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evening the assembly of the regiment at Diekirch was completed, the 3d Battalion and engineers blowing the bridges at Bettendorf over which the enemy might pass to the south bank of the Sauer. With the river momentarily secure at its back the regiment dug in along an arc facing out from Diekirch.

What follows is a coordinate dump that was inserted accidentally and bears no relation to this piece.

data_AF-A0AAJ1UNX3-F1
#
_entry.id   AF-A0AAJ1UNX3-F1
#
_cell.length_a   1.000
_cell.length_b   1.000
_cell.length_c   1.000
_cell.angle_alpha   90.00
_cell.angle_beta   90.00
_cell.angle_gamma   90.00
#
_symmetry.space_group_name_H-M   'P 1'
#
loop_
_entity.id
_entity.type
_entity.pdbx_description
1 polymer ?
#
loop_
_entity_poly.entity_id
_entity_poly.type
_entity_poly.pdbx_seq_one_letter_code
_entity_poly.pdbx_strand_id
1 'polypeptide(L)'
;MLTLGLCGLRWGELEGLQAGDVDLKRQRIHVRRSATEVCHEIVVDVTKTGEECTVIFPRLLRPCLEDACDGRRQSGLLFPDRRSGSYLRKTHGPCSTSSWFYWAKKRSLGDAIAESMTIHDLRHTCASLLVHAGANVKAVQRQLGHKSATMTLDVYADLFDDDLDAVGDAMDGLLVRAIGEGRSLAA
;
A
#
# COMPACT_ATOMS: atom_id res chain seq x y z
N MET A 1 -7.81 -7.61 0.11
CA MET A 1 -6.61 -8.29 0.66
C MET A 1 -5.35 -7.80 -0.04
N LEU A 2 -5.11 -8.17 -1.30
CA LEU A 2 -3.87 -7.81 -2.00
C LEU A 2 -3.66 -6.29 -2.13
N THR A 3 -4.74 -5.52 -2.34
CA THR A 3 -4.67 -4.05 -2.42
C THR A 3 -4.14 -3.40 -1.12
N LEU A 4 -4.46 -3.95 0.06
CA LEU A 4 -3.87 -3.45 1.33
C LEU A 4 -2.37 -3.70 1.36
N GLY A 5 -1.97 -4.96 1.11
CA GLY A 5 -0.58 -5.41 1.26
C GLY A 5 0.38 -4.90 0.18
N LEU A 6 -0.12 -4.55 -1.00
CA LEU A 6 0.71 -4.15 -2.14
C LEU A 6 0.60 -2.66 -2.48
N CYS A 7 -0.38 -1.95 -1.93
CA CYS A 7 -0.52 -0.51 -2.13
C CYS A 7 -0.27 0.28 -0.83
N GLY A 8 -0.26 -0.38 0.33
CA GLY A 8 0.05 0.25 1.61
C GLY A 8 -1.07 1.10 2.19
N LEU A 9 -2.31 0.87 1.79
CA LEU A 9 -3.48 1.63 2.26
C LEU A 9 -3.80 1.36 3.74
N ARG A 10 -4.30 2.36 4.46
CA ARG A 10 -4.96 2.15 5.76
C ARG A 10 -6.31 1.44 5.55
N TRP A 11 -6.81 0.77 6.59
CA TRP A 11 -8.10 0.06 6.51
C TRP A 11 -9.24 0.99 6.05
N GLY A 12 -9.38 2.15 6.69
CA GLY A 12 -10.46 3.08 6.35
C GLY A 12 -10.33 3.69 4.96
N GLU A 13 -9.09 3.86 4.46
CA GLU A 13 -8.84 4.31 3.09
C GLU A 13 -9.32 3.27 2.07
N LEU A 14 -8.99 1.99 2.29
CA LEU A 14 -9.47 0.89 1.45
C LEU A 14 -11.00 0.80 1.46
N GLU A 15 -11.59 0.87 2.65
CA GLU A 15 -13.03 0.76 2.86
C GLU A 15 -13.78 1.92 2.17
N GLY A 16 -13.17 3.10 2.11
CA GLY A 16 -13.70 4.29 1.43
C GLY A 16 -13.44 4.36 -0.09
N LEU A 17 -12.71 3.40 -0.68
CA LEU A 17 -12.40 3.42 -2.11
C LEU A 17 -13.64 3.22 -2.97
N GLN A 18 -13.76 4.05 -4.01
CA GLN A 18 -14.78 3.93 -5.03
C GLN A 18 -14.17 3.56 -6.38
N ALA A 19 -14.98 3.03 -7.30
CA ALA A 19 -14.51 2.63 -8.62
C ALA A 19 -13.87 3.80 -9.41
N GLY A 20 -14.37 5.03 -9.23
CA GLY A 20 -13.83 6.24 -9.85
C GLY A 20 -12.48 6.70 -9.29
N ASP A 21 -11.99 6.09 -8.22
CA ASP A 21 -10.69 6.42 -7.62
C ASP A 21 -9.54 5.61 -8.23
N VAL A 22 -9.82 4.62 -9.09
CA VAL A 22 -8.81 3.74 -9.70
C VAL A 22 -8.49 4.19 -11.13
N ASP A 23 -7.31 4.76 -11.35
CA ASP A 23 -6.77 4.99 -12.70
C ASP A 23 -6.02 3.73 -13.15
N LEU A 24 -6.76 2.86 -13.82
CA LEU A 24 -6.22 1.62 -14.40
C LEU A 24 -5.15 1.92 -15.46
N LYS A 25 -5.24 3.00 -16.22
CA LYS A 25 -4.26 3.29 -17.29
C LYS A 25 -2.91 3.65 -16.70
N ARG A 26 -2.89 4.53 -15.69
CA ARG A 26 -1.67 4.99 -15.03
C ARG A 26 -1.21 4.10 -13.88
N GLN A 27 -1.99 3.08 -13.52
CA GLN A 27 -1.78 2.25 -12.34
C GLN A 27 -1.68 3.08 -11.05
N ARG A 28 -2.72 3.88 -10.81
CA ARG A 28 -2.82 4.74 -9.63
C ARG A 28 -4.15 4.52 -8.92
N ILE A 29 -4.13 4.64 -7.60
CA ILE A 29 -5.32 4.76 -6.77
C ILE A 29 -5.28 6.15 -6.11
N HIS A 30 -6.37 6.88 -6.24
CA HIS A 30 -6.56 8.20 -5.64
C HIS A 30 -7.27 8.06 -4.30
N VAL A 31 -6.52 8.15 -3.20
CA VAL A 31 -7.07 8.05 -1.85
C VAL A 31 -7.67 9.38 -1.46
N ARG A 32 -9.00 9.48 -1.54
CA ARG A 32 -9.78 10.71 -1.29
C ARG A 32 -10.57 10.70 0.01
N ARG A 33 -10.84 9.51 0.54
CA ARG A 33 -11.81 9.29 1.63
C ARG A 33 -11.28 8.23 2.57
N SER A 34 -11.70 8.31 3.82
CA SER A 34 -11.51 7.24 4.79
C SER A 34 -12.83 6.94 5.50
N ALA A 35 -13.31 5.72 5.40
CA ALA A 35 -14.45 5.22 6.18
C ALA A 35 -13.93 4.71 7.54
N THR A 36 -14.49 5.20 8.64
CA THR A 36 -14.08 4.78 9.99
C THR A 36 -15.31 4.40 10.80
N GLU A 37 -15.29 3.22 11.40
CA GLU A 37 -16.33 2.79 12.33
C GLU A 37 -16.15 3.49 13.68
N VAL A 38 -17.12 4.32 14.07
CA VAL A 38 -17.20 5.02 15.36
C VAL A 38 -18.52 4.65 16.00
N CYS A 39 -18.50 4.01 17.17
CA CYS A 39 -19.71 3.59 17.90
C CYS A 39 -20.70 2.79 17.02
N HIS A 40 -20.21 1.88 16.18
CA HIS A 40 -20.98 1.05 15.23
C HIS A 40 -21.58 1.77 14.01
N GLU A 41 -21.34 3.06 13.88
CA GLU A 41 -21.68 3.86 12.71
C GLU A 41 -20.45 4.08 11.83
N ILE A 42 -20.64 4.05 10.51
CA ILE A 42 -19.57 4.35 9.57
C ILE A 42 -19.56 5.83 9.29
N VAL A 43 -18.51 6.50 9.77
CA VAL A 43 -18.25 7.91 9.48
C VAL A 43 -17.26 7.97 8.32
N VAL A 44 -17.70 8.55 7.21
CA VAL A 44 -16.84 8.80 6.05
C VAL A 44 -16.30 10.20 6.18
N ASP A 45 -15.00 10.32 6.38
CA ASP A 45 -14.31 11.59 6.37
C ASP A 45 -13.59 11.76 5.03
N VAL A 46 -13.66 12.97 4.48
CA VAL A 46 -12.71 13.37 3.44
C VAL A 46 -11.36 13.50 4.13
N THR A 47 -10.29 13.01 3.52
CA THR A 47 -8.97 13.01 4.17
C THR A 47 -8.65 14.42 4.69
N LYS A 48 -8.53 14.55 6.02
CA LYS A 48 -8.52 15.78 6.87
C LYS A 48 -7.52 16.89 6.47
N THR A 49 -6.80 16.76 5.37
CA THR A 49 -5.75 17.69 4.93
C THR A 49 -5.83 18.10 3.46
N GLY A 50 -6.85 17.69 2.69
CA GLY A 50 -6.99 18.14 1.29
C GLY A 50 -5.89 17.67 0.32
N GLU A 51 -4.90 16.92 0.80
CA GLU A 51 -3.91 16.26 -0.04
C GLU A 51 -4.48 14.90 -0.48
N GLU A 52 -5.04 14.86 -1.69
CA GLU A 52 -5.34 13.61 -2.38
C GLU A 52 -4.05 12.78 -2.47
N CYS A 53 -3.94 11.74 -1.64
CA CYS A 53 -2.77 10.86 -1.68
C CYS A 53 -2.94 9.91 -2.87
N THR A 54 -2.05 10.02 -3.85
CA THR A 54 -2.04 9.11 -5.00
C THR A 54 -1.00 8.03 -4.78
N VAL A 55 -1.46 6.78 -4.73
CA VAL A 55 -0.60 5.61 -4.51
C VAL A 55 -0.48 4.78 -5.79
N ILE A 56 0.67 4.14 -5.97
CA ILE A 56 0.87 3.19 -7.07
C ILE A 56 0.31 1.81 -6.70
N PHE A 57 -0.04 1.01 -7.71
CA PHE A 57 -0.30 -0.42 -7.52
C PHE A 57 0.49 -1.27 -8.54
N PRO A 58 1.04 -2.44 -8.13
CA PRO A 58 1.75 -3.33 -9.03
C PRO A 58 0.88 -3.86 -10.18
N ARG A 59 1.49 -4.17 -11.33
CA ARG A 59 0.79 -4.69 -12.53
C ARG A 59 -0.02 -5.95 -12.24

But the 109th was no longer strong enough to man a continuous defensive line. Five hundred officers and men had been lost in the three-day battle; of the heavy infantry weapons only one section of 81-mm. mortars and four sections of heavy machine guns were left; the antitank company had no pieces; the tank company badly needed fuel and maintenance. But in these three days the regiment had held the enemy short of the Ettelbruck crossing and prevented the planned concentration of the 352d Volks Grenadier Division south of the Sauer. That the 109th had used every weapon at its disposal is shown by the ammunition expenditure for these days: 280,000 rounds of small arms ammunition, 5,000 rounds of mortar, 3,000 grenades, and 300 bazooka rounds. That the 109Th had disrupted the German plans is witnessed by the fact that the commander of the 352d was unable to get his division in hand until 19 December, while the attack in force could not be resumed until 20 December.